Dublin Bus network overhaul draws 20,000 submissions

Strong public reaction will delay publication of final route plans until February or March

The first complete redesign of Dublin’s bus services will see decades-old routes axed and the introduction of new itineraries, which the NTA says will result in more frequent, reliable and integrated services. Photograph: Alan Betson

The first complete redesign of Dublin’s bus services will see decades-old routes axed and the introduction of new itineraries, which the NTA says will result in more frequent, reliable and integrated services. Photograph: Alan Betson

 

About 20,000 submissions have been received by the National Transport Authority (NTA) in relation to the redesign of the Dublin Bus network, ahead of the closure of a period of public consultation on Friday.

The NTA had expected to publish the final network design in January but said this would be delayed until later in the first quarter of next year due to the volume of submissions received.

Gráinne Mackin, director of communications for Bus Connects, said the NTA was “committed to reading every single” submission received.

She said that following the publication of the final redesigned network, an “information and education campaign” would run for nine months to inform the public of the changes and the plan before the plan is rolled out early in 2020.

Ms Mackin said the changes would come into effect at once rather that in stages but this would only happen “after you had your nine months of the year educating and informing people”.

Core Bus Corridors Project

The first complete overhaul of the capital’s bus services will see decades-old routes axed and the introduction of new itineraries, which the NTA said will result in more frequent, reliable and integrated services.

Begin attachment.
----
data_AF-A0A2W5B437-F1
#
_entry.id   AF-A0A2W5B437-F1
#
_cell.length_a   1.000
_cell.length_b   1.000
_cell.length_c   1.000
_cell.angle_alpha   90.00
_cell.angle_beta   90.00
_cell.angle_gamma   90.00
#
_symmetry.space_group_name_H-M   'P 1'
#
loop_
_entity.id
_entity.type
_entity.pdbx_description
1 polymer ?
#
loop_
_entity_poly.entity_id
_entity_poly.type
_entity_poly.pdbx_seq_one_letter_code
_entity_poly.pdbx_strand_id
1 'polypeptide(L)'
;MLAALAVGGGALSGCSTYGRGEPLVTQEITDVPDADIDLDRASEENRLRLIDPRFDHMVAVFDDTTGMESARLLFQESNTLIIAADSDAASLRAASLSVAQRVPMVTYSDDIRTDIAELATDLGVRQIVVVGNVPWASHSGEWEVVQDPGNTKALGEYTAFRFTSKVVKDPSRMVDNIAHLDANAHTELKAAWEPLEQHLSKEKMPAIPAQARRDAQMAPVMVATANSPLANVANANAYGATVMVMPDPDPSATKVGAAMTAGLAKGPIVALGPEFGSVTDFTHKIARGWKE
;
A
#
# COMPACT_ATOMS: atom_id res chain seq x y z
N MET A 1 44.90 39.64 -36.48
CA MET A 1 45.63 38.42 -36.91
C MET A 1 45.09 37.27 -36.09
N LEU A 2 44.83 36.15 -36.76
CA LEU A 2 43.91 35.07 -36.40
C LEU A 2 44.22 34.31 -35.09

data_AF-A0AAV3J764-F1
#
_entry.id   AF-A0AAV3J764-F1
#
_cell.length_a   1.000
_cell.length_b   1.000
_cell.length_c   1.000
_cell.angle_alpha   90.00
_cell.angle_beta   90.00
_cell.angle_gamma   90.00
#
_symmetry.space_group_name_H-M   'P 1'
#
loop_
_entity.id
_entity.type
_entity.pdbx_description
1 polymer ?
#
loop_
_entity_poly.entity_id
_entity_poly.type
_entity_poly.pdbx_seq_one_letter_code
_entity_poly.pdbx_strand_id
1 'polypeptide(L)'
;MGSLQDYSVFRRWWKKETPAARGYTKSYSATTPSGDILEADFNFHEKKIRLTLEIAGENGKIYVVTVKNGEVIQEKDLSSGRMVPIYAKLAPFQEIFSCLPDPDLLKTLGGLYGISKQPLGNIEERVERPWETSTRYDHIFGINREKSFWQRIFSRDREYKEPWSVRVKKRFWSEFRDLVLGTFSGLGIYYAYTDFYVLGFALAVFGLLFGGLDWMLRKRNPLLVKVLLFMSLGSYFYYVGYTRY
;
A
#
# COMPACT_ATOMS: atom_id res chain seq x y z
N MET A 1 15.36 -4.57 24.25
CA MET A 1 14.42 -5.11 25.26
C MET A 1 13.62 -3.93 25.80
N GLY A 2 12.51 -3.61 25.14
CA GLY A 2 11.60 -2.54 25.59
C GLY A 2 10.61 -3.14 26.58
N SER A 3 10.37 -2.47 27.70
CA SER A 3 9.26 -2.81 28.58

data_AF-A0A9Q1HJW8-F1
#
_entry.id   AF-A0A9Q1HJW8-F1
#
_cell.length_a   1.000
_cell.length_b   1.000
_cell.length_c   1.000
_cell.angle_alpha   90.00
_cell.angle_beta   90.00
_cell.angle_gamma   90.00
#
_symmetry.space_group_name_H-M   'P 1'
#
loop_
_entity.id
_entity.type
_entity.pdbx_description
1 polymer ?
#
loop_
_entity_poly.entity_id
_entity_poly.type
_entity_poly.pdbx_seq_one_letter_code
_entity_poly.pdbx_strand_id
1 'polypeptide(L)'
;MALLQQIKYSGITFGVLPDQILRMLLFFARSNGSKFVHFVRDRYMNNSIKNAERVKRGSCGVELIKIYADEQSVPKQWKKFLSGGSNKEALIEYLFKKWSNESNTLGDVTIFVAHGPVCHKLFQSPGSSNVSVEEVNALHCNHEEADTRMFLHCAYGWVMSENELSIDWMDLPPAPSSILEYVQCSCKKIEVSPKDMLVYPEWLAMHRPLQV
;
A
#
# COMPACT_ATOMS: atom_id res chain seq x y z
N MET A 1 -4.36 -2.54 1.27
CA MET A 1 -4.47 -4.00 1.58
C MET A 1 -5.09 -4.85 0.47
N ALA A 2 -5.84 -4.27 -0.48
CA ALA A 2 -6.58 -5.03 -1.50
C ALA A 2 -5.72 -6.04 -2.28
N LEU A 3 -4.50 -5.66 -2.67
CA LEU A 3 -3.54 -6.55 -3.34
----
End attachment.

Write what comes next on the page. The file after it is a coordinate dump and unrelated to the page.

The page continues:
However, a number of trips that are currently direct will require changing buses, and some passengers living in outer suburbs will have to take more than one bus to reach the city centre.

Seven ‘spines’

At its most basic, the current numbering system for all buses will be scrapped. A new lettering system from A to G will identify seven “spines” though the city, with buses running every four to eight minutes. Numbers would be used to indicate different branches of a spine; for example while all “A” buses would pass through Terenure, the A1 would continue to Knocklyon while the A2 would go to Tallaght.

There would also be a radical expansion of orbital services, not running through the city centre, that would also run frequently. Currently orbital services in Dublin are very limited, with passengers often having to travel into the city and then return in a similar direction to access a neighbouring suburb.

US-based consultant Jarrett Walker, whose firm redrew the network on behalf of the NTA said he did not expect the plan to be attacked in “the very aggressive way” since its publication in July.

Mr Walker said there had been some “hysteria” over the plan as people had been misled and it took “a little while” to get enough information into the public domain to counter that criticism.

He said the public has been misled from “many quarters” that the BusConnects plan published in July was final.